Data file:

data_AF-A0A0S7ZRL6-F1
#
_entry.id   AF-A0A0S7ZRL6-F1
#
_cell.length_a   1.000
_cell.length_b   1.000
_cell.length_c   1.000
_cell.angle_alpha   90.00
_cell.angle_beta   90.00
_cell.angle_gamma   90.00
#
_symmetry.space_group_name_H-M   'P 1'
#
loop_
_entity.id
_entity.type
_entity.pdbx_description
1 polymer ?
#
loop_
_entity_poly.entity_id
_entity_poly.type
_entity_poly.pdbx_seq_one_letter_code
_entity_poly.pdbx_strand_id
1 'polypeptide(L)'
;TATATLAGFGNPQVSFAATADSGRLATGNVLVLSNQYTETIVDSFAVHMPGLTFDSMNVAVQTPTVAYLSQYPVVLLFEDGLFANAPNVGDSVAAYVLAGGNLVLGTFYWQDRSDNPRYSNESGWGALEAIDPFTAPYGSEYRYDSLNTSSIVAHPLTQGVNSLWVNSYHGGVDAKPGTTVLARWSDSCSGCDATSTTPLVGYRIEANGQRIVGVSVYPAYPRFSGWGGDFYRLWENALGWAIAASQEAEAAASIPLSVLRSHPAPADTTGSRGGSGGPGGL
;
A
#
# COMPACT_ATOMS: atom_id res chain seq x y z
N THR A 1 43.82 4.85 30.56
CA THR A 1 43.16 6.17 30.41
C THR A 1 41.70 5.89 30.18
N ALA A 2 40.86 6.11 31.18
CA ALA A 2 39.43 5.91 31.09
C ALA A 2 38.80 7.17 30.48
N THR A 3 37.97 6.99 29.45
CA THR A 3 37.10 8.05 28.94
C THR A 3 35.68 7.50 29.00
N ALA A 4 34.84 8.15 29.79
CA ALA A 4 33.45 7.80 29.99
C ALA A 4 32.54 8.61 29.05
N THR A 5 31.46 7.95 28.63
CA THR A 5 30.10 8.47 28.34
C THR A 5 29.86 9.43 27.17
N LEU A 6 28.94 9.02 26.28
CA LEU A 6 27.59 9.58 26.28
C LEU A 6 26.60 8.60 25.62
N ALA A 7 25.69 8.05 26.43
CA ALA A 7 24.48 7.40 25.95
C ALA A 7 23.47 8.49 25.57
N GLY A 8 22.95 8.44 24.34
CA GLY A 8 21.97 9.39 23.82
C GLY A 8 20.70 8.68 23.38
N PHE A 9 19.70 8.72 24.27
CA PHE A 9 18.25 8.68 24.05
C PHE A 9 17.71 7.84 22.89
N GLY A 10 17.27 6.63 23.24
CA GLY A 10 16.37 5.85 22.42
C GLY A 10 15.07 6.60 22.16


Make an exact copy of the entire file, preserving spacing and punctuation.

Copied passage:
data_AF-A0A0S7ZRL6-F1
#
_entry.id   AF-A0A0S7ZRL6-F1
#
_cell.length_a   1.000
_cell.length_b   1.000
_cell.length_c   1.000
_cell.angle_alpha   90.00
_cell.angle_beta   90.00
_cell.angle_gamma   90.00
#
_symmetry.space_group_name_H-M   'P 1'
#
loop_
_entity.id
_entity.type
_entity.pdbx_description
1 polymer ?
#
loop_
_entity_poly.entity_id
_entity_poly.type
_entity_poly.pdbx_seq_one_letter_code
_entity_poly.pdbx_strand_id
1 'polypeptide(L)'
;TATATLAGFGNPQVSFAATADSGRLATGNVLVLSNQYTETIVDSFAVHMPGLTFDSMNVAVQTPTVAYLSQYPVVLLFEDGLFANAPNVGDSVAAYVLAGGNLVLGTFYWQDRSDNPRYSNESGWGALEAIDPFTAPYGSEYRYDSLNTSSIVAHPLTQGVNSLWVNSYHGGVDAKPGTTVLARWSDSCSGCDATSTTPLVGYRIEANGQRIVGVSVYPAYPRFSGWGGDFYRLWENALGWAIAASQEAEAAASIPLSVLRSHPAPADTTGSRGGSGGPGGL
;
A
#
# COMPACT_ATOMS: atom_id res chain seq x y z
N THR A 1 43.82 4.85 30.56
CA THR A 1 43.16 6.17 30.41
C THR A 1 41.70 5.89 30.18
N ALA A 2 40.86 6.11 31.18
CA ALA A 2 39.43 5.91 31.09
C ALA A 2 38.80 7.17 30.48
N THR A 3 37.97 6.99 29.45
CA THR A 3 37.10 8.05 28.94
C THR A 3 35.68 7.50 29.00
N ALA A 4 34.84 8.15 29.79
CA ALA A 4 33.45 7.80 29.99
C ALA A 4 32.54 8.61 29.05
N THR A 5 31.46 7.95 28.63
CA THR A 5 30.10 8.47 28.34
C THR A 5 29.86 9.43 27.17
N LEU A 6 28.94 9.02 26.28
CA LEU A 6 27.59 9.58 26.28
C LEU A 6 26.60 8.60 25.62
N ALA A 7 25.69 8.05 26.43
CA ALA A 7 24.48 7.40 25.95
C ALA A 7 23.47 8.49 25.57
N GLY A 8 22.95 8.44 24.34
CA GLY A 8 21.97 9.39 23.82
C GLY A 8 20.70 8.68 23.38
N PHE A 9 19.70 8.72 24.27
CA PHE A 9 18.25 8.68 24.05
C PHE A 9 17.71 7.84 22.89
N GLY A 10 17.27 6.63 23.24
CA GLY A 10 16.37 5.85 22.42
C GLY A 10 15.07 6.60 22.16